How often do you really screw up?

Frisco 57

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Thankfully, not too often but I've always remembered that I've leaned way more from a good screw up than I ever learned from blindly getting it right the first time. The "screw-up memories" stick with you for a very long time!

BTW there's a small sign hanging in our co-op hot rod shop that reads, "CAUTON, LOW FLYING TOOLS"
 

hd09

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Jul 7, 2021
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Central Florida
I try to look at it like tomorrow is another day and move on. Sometimes I can fix it, others not. I too get in a hurry but it is what it is.
 

Ricky D.

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You need to be “in the moment” working with tools. Your focus was not there. The blunders you described were expensive and frustrating. But they are just a short step away from a mistake that could cause a serious injury.
 

Rusty Spanner

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Apr 29, 2019
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Beautiful Downtown Burnley
September, last year.
I took on a second Nursing Degree.
By February, I was suicidal. Genuinely.

Just couldn't cope with online learning. No one to talk or really relate to.
I called out and was accepted back into my old job. It's wonderful.


Thank you all for accepting me into your community.
It's been lovely and I can't thank you enough.

Rock on!
 

P Thought

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Plundertown (Gasville) OR
IMG_20210712_182604774.jpg

This body has problems.
 

robistro

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Joined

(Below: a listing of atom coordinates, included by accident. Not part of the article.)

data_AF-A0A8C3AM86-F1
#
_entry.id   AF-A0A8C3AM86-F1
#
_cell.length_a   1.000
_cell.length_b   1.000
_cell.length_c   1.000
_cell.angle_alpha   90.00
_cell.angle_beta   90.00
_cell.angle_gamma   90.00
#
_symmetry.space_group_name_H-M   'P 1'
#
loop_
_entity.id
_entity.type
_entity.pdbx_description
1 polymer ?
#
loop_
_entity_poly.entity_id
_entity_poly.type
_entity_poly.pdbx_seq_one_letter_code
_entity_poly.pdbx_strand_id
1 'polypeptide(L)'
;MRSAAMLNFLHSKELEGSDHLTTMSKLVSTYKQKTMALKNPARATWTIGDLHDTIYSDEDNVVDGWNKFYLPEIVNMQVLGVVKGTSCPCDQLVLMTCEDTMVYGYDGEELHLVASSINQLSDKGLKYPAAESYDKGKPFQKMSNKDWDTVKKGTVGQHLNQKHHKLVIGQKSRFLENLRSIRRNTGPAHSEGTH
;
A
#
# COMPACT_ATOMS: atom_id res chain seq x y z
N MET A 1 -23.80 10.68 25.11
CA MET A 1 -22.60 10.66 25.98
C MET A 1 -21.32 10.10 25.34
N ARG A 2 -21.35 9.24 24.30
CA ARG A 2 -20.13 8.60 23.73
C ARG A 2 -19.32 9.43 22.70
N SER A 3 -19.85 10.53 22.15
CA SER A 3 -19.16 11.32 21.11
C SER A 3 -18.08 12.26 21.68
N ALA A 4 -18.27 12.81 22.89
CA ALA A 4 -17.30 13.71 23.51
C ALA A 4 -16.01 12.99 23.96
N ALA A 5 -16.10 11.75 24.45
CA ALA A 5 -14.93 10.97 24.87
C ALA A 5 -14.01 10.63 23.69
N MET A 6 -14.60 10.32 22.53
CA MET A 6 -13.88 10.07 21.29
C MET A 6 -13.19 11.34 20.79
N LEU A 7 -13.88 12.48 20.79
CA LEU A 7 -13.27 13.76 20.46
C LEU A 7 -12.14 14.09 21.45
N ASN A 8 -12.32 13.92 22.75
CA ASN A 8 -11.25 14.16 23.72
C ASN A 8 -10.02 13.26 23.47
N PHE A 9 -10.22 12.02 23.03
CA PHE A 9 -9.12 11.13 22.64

Aug 15, 2019
Posts
86
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USA
I just stripped the poly off a strat strat body. I put 'wood conditioner' on it so it would take the stain evenly. After I let it sit for an hour I went back to check on it, picked up the can of wood conditioner, to put away and saw the label...it was polyurethane! (I thought it was going on a little thick)

So, I sanded that back down, put wood conditioner on it, then started to apply stain. Stain was going on a little thick, so I looked at the can and it was the wrong stuff! It was that minwax with poly mixed in with it! Back to sanding down again. By the time I get finished screwing up, the body will be the thickness of a Squire.

For some reason this guitar wants to be covered in polyurethane.
Im gonna call her poly when I'm finished... or fubar
 

epizootics

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Feb 11, 2017
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Lyon, France
Back in September this year I found myself building a guitar for my favorite band. Tight schedule, a bit less than a month from start to finish. Ten days before their tour stopped in my city, I managed to screw up the neck by blanking out while beveling the fret ends. Five or six swipes of a very aggressive file were all that it took to eat up too much of the frets & fretboard on the low E side at the body end of the neck.